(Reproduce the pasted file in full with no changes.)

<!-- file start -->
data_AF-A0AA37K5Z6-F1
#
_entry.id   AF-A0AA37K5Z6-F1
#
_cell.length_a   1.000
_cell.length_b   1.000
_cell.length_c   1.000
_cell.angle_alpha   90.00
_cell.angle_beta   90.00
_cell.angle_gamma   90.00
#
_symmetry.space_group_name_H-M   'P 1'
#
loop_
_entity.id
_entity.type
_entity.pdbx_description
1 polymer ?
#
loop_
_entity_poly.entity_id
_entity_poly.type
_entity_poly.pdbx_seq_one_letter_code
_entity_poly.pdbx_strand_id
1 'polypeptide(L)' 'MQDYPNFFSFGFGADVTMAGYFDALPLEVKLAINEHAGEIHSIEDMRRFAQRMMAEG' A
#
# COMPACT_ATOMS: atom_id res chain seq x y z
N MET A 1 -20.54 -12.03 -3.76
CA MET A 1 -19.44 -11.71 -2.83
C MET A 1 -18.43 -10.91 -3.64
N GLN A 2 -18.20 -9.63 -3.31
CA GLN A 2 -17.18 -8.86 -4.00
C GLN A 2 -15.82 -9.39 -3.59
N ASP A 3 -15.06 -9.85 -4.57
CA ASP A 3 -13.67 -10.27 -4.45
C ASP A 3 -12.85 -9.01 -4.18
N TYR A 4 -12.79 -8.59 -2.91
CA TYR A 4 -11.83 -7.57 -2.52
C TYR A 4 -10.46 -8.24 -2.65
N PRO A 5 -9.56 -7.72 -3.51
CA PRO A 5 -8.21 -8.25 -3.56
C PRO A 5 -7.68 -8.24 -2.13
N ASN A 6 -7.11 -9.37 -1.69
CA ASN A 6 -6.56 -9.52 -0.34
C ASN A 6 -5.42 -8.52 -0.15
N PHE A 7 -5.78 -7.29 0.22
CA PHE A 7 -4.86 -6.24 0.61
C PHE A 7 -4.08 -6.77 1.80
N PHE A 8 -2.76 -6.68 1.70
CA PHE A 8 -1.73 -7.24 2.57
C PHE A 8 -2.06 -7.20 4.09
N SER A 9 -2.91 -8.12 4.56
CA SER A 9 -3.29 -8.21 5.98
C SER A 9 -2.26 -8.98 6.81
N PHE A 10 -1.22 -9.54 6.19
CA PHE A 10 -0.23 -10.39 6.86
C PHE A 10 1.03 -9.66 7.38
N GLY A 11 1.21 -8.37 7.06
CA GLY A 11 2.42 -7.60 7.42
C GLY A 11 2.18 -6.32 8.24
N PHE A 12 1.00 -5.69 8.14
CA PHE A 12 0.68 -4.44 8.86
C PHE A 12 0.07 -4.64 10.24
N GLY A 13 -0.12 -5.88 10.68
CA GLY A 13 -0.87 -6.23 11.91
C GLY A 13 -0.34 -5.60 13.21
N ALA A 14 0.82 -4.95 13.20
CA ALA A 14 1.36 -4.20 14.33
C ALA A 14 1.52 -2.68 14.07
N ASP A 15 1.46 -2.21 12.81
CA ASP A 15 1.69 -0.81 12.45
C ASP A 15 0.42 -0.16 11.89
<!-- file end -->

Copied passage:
data_AF-A0AA37K5Z6-F1
#
_entry.id   AF-A0AA37K5Z6-F1
#
_cell.length_a   1.000
_cell.length_b   1.000
_cell.length_c   1.000
_cell.angle_alpha   90.00
_cell.angle_beta   90.00
_cell.angle_gamma   90.00
#
_symmetry.space_group_name_H-M   'P 1'
#
loop_
_entity.id
_entity.type
_entity.pdbx_description
1 polymer ?
#
loop_
_entity_poly.entity_id
_entity_poly.type
_entity_poly.pdbx_seq_one_letter_code
_entity_poly.pdbx_strand_id
1 'polypeptide(L)' 'MQDYPNFFSFGFGADVTMAGYFDALPLEVKLAINEHAGEIHSIEDMRRFAQRMMAEG' A
#
# COMPACT_ATOMS: atom_id res chain seq x y z
N MET A 1 -20.54 -12.03 -3.76
CA MET A 1 -19.44 -11.71 -2.83
C MET A 1 -18.43 -10.91 -3.64
N GLN A 2 -18.20 -9.63 -3.31
CA GLN A 2 -17.18 -8.86 -4.00
C GLN A 2 -15.82 -9.39 -3.59
N ASP A 3 -15.06 -9.85 -4.57
CA ASP A 3 -13.67 -10.27 -4.45
C ASP A 3 -12.85 -9.01 -4.18
N TYR A 4 -12.79 -8.59 -2.91
CA TYR A 4 -11.83 -7.57 -2.52
C TYR A 4 -10.46 -8.24 -2.65
N PRO A 5 -9.56 -7.72 -3.51
CA PRO A 5 -8.21 -8.25 -3.56
C PRO A 5 -7.68 -8.24 -2.13
N ASN A 6 -7.11 -9.37 -1.69
CA ASN A 6 -6.56 -9.52 -0.34
C ASN A 6 -5.42 -8.52 -0.15
N PHE A 7 -5.78 -7.29 0.22
CA PHE A 7 -4.86 -6.24 0.61
C PHE A 7 -4.08 -6.77 1.80
N PHE A 8 -2.76 -6.68 1.70
CA PHE A 8 -1.73 -7.24 2.57
C PHE A 8 -2.06 -7.20 4.09
N SER A 9 -2.91 -8.12 4.56
CA SER A 9 -3.29 -8.21 5.98
C SER A 9 -2.26 -8.98 6.81
N PHE A 10 -1.22 -9.54 6.19
CA PHE A 10 -0.23 -10.39 6.86
C PHE A 10 1.03 -9.66 7.38
N GLY A 11 1.21 -8.37 7.06
CA GLY A 11 2.42 -7.60 7.42
C GLY A 11 2.18 -6.32 8.24
N PHE A 12 1.00 -5.69 8.14
CA PHE A 12 0.68 -4.44 8.86
C PHE A 12 0.07 -4.64 10.24
N GLY A 13 -0.12 -5.88 10.68
CA GLY A 13 -0.87 -6.23 11.91
C GLY A 13 -0.34 -5.60 13.21
N ALA A 14 0.82 -4.95 13.20
CA ALA A 14 1.36 -4.20 14.33
C ALA A 14 1.52 -2.68 14.07
N ASP A 15 1.46 -2.21 12.81
CA ASP A 15 1.69 -0.81 12.45
C ASP A 15 0.42 -0.16 11.89